Things to do: There’s a wide variety of unique venues sprinkled throughout Central and Inman Square, including vintage vinyl shop Cheapo Records and sewing studio-meets-fabric and yarn shop, gather here. For a cup of coffee or a few moments of peace, grab a latte at 1369 Coffee House, a Portland-esque outpost with two cozy locations, one in Central and one in Inman (we’re partial to the Inman space, complete with an aesthetic that transports you back to the ‘90s).
Best restaurants: These two squares house some of the most sought-after restaurants not just in Cambridge, but in all of Greater Boston. Craigie on Main is a must, and not just for chef Tony Maws’ cover model of a burger. Little Donkey and Pagu are both divine spots for international small plates and welcoming service. Puritan & Co. will expose you to the bounty of New England agriculture with its seasonal dishes, and couples looking for romance should set aside two evenings for Pammy’s and Bondir, fireplace-laden escapes serving upmarket cuisine teeming with love and care.
Bars and nightlife: Central Square is where locals have been catching live music for decades, primarily at the Middle East and Club Passim. On the Inman side, the Lilypad and The Druid are also great after-dark outposts. Settling in for the evening for a few drinks? The two neighborhoods are awash in unassuming watering holes, from Green Street Grill to Trina’s Starlite Lounge, and for something more intimate, indulge in the extensive wine list at BISq.
This tiny Somerville district packs a lot of punch into its square footage, with restaurants, bars, fitness studios, and regular street fests like the annual Fluff Festival, dedicated to our region’s gooey signature sandwich. It encapsulates the wider neighborhood’s too-cool-for-school reputation and attracts every manner of young, plugged-in professional.
Where to stay: The Row Hotel, a newer boutique option in nearby outdoor shopping space Assembly Row, provides you with all the amenities you crave. But if it’s more old-world charm you're after, you can always stay in an updated 1850s Methodist church.
Things to do: Start the day with some upward mobility at Brooklyn Boulders, a cavernous indoor climbing space. After grabbing a Vietnamese coffee at Bloc Cafe and a maple bacon donut from Union Square Donuts (get there early because they always run out), head over to Bow Market, a public courtyard containing more than 30 retail shops, restaurants, and bars. End the day picking up indie wares at Tiny Turns Paperie or grab a scoop or two at Gracie’s Ice Cream.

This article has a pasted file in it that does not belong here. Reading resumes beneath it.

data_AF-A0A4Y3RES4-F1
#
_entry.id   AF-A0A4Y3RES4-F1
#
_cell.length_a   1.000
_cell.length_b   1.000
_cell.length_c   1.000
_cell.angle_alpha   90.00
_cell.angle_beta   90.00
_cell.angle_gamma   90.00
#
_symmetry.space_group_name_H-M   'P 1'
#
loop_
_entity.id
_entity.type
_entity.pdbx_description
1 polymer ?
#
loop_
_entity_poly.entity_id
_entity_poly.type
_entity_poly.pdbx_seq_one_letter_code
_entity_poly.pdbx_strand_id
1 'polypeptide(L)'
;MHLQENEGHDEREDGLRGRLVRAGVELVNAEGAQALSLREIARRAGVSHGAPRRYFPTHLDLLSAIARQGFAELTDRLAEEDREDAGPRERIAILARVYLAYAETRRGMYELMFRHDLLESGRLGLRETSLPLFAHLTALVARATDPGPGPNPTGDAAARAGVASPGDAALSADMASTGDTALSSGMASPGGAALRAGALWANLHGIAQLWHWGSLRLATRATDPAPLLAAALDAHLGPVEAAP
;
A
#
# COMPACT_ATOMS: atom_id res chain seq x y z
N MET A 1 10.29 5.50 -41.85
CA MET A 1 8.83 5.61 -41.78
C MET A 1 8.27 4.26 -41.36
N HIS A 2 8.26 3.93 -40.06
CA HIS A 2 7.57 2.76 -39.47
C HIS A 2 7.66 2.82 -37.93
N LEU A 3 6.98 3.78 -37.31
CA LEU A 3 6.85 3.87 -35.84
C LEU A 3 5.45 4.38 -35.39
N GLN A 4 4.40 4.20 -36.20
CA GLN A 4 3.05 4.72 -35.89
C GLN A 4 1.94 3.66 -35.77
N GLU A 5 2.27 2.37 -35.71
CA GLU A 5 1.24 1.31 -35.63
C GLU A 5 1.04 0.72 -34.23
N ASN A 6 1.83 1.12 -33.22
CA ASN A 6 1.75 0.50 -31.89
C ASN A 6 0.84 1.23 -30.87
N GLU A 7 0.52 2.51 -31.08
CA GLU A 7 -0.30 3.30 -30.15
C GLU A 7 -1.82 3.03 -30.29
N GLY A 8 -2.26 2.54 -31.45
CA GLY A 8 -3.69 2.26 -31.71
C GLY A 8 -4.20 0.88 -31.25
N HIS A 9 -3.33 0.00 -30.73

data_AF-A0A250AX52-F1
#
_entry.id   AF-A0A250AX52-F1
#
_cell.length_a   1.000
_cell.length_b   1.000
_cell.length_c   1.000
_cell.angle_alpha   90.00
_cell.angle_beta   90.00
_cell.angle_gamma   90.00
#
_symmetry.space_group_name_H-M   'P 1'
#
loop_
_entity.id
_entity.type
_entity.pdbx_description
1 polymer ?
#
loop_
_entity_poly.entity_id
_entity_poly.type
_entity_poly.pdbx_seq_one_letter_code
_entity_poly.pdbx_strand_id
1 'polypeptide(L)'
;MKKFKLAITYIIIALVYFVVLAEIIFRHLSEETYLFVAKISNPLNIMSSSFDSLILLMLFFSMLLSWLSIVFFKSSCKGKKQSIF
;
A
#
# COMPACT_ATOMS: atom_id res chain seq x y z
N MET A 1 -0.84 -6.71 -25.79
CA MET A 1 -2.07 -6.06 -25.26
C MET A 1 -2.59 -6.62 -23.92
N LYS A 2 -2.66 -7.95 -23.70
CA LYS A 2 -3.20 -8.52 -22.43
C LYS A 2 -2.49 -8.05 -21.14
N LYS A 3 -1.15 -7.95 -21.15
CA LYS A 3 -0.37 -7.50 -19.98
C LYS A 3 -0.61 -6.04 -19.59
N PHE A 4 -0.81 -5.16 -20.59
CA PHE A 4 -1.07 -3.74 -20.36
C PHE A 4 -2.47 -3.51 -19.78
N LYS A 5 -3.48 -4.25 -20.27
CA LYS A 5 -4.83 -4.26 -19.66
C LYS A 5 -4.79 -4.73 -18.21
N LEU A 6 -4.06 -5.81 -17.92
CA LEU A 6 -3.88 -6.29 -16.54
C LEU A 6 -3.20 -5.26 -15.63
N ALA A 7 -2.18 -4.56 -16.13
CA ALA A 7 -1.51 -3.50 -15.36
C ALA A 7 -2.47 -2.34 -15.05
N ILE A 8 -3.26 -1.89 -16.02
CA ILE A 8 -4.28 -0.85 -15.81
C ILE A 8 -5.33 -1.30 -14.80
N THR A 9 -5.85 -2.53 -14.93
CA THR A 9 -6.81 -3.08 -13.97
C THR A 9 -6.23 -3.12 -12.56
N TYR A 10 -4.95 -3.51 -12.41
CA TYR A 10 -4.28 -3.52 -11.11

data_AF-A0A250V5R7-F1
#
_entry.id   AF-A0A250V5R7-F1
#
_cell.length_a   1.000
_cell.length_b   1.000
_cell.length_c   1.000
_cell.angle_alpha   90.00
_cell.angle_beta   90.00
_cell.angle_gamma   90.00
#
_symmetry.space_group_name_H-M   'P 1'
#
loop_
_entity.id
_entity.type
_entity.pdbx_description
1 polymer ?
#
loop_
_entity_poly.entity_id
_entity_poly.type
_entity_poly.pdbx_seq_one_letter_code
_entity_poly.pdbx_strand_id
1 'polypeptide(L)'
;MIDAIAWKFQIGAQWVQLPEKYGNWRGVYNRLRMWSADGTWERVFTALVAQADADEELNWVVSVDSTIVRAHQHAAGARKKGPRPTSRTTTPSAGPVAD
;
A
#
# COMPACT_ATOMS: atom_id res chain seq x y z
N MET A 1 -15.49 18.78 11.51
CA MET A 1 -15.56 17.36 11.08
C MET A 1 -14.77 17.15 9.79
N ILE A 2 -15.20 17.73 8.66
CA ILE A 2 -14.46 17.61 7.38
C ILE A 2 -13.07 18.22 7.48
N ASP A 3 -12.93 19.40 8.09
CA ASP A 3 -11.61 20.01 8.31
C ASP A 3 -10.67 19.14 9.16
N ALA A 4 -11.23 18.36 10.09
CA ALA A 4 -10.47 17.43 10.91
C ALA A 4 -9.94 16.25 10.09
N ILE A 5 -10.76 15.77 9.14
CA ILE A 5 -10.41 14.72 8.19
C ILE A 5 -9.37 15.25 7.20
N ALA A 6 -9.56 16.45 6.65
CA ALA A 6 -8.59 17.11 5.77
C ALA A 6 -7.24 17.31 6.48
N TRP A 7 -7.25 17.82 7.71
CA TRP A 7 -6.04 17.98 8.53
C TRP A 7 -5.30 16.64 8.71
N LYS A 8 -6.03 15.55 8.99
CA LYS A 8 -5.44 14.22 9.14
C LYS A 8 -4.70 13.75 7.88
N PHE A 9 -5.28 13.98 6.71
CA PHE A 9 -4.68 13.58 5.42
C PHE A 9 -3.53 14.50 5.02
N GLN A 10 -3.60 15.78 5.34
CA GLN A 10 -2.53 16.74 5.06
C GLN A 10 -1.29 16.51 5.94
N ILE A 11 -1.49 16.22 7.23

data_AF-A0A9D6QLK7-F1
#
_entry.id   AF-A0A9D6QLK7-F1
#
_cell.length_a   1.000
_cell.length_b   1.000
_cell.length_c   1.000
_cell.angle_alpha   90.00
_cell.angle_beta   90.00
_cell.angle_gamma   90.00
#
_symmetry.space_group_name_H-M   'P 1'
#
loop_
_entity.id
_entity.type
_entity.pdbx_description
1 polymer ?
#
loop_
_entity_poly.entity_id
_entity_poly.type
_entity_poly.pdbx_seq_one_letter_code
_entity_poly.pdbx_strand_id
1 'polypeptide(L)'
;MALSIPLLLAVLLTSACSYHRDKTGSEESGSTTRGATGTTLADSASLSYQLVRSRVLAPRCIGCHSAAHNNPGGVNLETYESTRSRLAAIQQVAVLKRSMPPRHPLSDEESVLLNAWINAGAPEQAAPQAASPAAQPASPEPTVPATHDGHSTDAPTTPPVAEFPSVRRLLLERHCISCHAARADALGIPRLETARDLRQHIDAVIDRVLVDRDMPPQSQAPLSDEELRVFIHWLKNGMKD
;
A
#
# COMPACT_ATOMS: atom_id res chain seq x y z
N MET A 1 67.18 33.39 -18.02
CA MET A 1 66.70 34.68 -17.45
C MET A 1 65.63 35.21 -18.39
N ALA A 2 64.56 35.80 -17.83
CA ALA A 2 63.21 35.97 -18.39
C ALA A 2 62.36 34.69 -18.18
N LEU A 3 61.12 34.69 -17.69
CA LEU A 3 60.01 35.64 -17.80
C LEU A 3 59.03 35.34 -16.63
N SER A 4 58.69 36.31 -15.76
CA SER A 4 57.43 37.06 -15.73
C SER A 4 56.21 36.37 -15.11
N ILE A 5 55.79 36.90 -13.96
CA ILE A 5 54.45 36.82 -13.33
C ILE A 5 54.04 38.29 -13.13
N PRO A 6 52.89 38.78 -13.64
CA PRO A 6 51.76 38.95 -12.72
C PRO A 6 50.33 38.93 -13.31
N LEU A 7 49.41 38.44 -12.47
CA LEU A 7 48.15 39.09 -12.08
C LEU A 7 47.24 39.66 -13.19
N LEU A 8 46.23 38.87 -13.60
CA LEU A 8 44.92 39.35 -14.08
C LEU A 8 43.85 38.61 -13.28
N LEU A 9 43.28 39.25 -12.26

Best restaurants: Most of Union Square’s stellar eateries lie within feet of each other, making it easy to wander around and peruse menus before picking a favorite. For seasonal small plates, hit up Field & Vine, while those in the mood for bratwurst should opt for Bronwyn (cheers to beers in steins!). If you’re up for a splurge, wander a little farther afield to Tasting Counter, a ticketed fine-dining experience like none other, or book a table at Celeste, which serves up Peruvian-inspired shareables in an intimate and incredibly becoming setting.
Bars and nightlife: Start your engines with a cocktail at pseudo-speakeasy Backbar, consistently voted one of the best cocktail bars in the country. If you’re after a refreshing pilsner, Aeronaut Brewery introduces you to the local craft brewing scene with various events throughout the week. You could easily spend a whole night drinking your way around Bow Market, home to natural wine bar Rebel Rebel, beer hub Remnant Brewing, and cocktail bars Create Gallery & Cocktail Lounge and Variety Bar. The latter is located inside The Comedy Studio, an excellent place to catch up and coming stand-up acts. Wrap up the evening with a little live music at The Jungle, one of the area's top concert venues.